Royal Island to Lynyard Cay (lots of boats, 30-40) and on to Marsh Harbour. Also crowded. Time to get used to more people and more boats. And wifi! And a cruisers' net that deteriorated very quickly into ads for local businesses, endlessly. We just shut it off, since we weren't going diving or out to dinner.

Marsh Harbour to Allan's Pensicola, where we met up with Trioconbrio with Bill and Dave aboard. Had a drink on ND to catch up, and make plans for heading on. Weather was not conducive to heading ashore for a beach walk, which is too bad, cause I remember a great windward beach walk on the way down.

Press on. Great Sail Cay was our last anchorage in the Bahamas. Michelle and I did our last beach walk, joined by BIll and Dave. Bill was shadowed by a small black-tipped shark as he sloshed along at the edge of the water, and we wondered at great swaths of the beach that looked rooted up by large pigs. We headed back to the boats at dusk before the pigs came back out to play.

My last beach walk, and the only shell I pocketed reminded me of a Port Maitland beach mussel shell. I'm ready to be home.

Great Sail to a spot on the Bahamas Bank - a huge expanse of shallow water that provides a place to anchor before heading across to Florida. Unless you get there, and there's a horrible wind chop and the boats are hobby-horsing and yanking the gear and the crew all over. Randy got more and more agitated and finally said, we're better off crossing tonight instead of tossing around here. Bill and Dave chose to go too, and Mi Amante decided to wait it out. After the fact, it was a toss-up as to who did better.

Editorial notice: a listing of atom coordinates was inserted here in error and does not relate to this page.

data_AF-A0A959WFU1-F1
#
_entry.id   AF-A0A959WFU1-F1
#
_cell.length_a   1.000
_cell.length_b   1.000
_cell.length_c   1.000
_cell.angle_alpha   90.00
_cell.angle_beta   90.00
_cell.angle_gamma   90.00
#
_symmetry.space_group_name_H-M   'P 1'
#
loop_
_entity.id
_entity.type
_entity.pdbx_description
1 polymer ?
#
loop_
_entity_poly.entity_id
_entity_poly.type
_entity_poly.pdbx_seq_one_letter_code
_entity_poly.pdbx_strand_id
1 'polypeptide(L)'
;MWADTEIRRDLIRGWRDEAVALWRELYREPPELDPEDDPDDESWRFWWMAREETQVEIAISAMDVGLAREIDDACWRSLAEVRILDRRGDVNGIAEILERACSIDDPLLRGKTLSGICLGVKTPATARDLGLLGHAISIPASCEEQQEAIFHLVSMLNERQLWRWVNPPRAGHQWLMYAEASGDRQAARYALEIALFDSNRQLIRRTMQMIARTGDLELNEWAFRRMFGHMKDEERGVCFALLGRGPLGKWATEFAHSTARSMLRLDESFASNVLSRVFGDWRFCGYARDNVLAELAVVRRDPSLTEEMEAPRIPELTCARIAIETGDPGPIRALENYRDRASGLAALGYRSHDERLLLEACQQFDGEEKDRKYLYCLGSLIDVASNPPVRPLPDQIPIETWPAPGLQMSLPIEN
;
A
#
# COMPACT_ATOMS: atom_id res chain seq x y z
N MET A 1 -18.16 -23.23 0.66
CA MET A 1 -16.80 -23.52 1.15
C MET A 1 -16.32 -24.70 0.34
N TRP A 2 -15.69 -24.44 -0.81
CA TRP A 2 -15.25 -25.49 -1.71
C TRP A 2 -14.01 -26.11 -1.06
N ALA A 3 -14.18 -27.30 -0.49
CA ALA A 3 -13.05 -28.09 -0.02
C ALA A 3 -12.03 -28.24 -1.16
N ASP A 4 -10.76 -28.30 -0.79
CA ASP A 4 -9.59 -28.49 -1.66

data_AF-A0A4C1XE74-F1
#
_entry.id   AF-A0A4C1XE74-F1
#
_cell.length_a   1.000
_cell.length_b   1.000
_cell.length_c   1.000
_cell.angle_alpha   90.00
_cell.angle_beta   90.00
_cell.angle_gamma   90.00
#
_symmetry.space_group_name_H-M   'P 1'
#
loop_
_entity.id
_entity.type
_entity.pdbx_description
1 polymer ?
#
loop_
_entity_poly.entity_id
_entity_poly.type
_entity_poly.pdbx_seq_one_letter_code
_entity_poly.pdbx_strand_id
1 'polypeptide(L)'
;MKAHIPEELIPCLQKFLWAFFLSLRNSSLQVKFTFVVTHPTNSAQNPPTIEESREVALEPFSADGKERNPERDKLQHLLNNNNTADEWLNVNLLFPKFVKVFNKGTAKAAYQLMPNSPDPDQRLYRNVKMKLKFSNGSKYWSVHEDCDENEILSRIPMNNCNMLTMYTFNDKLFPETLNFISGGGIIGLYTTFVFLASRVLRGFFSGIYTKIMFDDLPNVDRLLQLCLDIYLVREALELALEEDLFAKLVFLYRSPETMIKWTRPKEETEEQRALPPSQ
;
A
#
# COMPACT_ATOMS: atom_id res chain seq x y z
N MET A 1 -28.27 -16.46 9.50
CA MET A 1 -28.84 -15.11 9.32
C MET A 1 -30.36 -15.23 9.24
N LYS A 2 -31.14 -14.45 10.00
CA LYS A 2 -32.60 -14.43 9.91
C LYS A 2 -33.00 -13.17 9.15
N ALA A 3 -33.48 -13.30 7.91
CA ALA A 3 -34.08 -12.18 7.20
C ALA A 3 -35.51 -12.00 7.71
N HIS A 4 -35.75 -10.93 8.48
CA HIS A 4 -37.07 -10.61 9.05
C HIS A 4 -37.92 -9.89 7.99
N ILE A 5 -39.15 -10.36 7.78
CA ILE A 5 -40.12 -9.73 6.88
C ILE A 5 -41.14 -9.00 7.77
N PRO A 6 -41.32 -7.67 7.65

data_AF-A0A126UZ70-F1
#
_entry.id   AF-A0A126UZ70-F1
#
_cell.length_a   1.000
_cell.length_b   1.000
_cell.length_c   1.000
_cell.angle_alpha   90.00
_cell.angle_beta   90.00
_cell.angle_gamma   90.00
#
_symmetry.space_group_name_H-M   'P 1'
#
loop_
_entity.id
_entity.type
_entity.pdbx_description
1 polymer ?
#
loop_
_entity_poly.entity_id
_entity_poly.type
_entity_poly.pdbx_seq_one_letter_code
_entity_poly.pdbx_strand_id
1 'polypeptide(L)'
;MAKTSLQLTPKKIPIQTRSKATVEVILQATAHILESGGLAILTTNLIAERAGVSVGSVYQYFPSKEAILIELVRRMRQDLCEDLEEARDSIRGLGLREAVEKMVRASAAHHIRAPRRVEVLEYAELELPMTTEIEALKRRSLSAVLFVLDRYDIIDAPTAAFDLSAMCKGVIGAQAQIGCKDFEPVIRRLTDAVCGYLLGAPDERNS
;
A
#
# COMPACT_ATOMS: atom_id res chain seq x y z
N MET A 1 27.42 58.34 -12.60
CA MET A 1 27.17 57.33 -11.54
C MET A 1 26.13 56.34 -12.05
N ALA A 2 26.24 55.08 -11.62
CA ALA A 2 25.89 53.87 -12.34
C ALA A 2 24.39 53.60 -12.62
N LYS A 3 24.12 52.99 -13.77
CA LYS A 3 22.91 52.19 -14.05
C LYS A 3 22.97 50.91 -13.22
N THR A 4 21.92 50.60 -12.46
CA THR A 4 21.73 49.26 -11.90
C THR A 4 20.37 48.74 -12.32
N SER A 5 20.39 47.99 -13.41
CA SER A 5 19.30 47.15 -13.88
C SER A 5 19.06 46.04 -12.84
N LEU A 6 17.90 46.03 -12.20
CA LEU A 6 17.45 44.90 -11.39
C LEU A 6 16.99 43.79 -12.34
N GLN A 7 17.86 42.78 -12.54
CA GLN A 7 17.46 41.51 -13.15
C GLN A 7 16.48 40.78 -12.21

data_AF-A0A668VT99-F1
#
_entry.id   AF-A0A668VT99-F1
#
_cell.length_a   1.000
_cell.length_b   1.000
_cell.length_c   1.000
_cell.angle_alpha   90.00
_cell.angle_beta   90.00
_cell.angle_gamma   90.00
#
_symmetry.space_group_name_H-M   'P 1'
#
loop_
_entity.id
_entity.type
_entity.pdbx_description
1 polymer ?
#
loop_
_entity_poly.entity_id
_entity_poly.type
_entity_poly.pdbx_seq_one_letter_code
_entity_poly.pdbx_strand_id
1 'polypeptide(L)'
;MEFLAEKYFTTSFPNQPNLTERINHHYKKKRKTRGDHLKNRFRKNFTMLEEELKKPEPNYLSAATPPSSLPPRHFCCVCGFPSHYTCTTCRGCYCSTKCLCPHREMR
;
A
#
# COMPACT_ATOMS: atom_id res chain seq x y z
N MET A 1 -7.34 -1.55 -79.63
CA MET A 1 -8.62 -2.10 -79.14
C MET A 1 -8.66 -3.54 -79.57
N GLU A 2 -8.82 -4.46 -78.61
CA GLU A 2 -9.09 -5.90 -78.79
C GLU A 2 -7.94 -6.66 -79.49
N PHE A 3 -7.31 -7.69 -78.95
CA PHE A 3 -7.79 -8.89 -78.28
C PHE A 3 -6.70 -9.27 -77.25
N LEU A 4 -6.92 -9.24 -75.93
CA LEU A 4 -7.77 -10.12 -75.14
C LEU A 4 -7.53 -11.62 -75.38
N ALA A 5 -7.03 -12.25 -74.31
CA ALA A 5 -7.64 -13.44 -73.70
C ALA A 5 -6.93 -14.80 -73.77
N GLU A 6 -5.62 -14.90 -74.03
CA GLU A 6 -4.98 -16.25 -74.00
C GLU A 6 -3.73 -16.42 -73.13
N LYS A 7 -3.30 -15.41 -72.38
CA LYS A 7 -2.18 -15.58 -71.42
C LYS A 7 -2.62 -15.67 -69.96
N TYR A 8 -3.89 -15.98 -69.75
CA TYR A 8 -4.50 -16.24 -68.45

Long night, motorsailing, with just screwy enough motion that neither of us was able to sleep. Around four am, there were squalls moving in from the south, and one got bigger and bigger and started shooting lightning and thunder. Trioconbrio and ND chose to back off and head out to sea until it passed, and that took years. It's a horrible situation to be eight miles from rest and safety and to turn back out to sea while the lightning flashes are all you can see. I hid my eyes and squinched up in the corner under the dodger while the cold rain and spray ran down my neck and my knees into my pants. Randy steered and watched and decided which way to dodge, and got soaked through because our foulies aren't waterproof anymore, and he got us through safely.